Are you still on the fence about starting a vegetable garden? You know it is valuable, but maybe it just seems like a lot of hard work. Come along with me as I guide you from start to finish as you learn how to create a vegetable garden of your own. Becoming a gardener is so rewarding and this is your year!
Why should you learn how to create a vegetable garden?
Growing food is very rewarding.
When you grow food for yourself or your family, you receive a reward that is hard to put into words. Even after many successful seasons as a gardener, it never gets old when you can finally harvest your first pot of green beans for supper. When your table is dotted with garden contributions from you own hands, it’s invigorating!
Lastly, no matter what happens, you will need to eat tomorrow. Your family will wake up and need food. It is incredibly reassuring to know that your garden can provide that sustenance no matter what life throws your way. Sow a garden, grow resilience.
Seeing plants thrive is very satisfying.
While I don’t want to romanticize vegetable gardening to the point of being ridiculous, I do want to remind you of the child-like wonder I experienced back in elementary school. Seeing that hard bean coating break apart, and the green sprout begin to unfold and stretch for the sky a little more each day, was so satisfying. So satisfying, in fact, that I still get giddy each year once seed-starting begins. I hurry to my greenhouse, peer down on the seedling trays and sometimes shout, “Hallelujah!” This response is usually reserved for my absolute favorite Hillbilly Tomato.
Up until now, maybe you have had some gardening success in pots. It is time to branch out. Take the leap and plant an actual garden filled with the varieties you have already succeeded in growing. It is not enough to learn how to create a vegetable garden, you must get those fingers dirty and do it!
Remove from your mind any excuses that are keeping you from growing, pun intended. If you only have a concrete patio, build some beds and bring in the soil. If your grade is too steep, get some help and terrace the space to grow. Remove some trees, smother the lawn, whatever it takes, let’s get growing!
Fresh is best.
Do I need to say more? No, but I will. Many people think they don’t like certain vegetables when in reality, they just don’t like stale, lifeless, mass-produced vegetables. When given the opportunity to sample the “same” vegetable from a home garden, their eyes light up, their mouth curves into a smile, and they are smitten. Properly prepared, fresh, local produce is far superior in taste and nutrition to anything commonly available in grocery stores. Sharing this news with others really has me feeling like a Brussels sprout Evangelist. Amen!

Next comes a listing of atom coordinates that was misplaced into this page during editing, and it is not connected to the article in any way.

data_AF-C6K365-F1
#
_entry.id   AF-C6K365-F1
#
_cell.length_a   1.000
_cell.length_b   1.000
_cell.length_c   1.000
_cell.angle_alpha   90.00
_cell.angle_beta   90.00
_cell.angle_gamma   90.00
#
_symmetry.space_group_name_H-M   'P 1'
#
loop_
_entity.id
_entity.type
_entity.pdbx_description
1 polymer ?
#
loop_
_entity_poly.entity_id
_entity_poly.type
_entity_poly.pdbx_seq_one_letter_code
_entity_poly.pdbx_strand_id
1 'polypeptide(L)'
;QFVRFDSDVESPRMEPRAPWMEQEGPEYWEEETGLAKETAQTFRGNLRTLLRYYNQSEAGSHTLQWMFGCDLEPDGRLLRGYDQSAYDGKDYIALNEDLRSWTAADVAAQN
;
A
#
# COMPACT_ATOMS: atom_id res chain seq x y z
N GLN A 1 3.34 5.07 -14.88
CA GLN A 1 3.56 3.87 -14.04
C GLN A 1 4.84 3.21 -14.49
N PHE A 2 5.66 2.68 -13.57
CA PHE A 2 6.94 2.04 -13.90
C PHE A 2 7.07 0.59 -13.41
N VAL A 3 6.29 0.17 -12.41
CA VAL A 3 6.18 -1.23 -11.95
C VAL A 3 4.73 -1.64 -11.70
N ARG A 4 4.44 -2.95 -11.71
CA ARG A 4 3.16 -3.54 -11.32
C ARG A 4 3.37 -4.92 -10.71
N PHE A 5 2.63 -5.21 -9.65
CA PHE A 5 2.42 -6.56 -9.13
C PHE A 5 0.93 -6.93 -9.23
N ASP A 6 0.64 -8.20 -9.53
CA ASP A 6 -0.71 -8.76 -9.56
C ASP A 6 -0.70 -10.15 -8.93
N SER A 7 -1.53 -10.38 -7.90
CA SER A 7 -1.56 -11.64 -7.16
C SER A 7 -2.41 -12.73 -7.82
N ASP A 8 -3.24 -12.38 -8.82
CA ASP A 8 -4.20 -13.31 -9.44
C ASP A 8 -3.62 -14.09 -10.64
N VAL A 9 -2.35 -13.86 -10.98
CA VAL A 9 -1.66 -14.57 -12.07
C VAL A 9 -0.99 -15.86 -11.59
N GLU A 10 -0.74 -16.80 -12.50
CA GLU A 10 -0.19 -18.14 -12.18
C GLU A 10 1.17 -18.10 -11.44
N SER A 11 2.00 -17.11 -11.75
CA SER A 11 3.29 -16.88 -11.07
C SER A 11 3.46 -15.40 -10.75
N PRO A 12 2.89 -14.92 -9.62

It is probably good to note that when you grow your own vegetables, you have complete control over how they are grown. From the development of soil life that will serve as your plant’s nutrition source, to the weed and pest control methods used, you will know exactly what you are consuming.
Opportunities to share.
In all likelihood, even if this is the first year you learn to grow a vegetable garden, you will have a harvest of some sort. It is also likely, based on the laws of sowing and reaping, that you will get far more than you planted. Some specific plants (I’m looking at you, Okra) are more prone to over-producing than others. While I sometimes feel a little stingy with my precious tomatoes, I am always willing to share my garden excess with others. You also will find yourself giving away squash, garlic and peppers before you know it!
There will be some up-front costs when you start your garden. You will need to purchase seeds or plant starts, soil, fertilizer, and whatever materials you choose to use when making the garden itself. Over time, these purchases will cost you less and less as you continue to grow and harvest more vegetables from your initial investment. The up-front costs can also be as great or small as you want them to be. Don’t invest in raised beds if you cannot afford them this year.
As a gardener, you will soon learn that the health benefits you receive from your garden far outweigh the cost of entry. Many understand the nutrition boost and increased physical strength they gain by gardening, but the mental health aspect is often overlooked. It is remarkable to learn how our bodies were designed to respond favorably to the simple act of getting our hands in the soil. Time spent in the garden is time spent releasing stress and relieving anxiety. This health benefit alone is invaluable!
When should you create a vegetable garden?
Yesterday. Seriously, unless yesterday was Thanksgiving Day, you should have already planted your vegetable garden. Here in the Deep South, we can garden outdoors all year. This is a fact I am much appreciative of as a gardener. If that is not the case for you, there is still probably quite a bit you can do to get started with your gardening efforts, unless you live where there are literal feet of snow on the ground currently.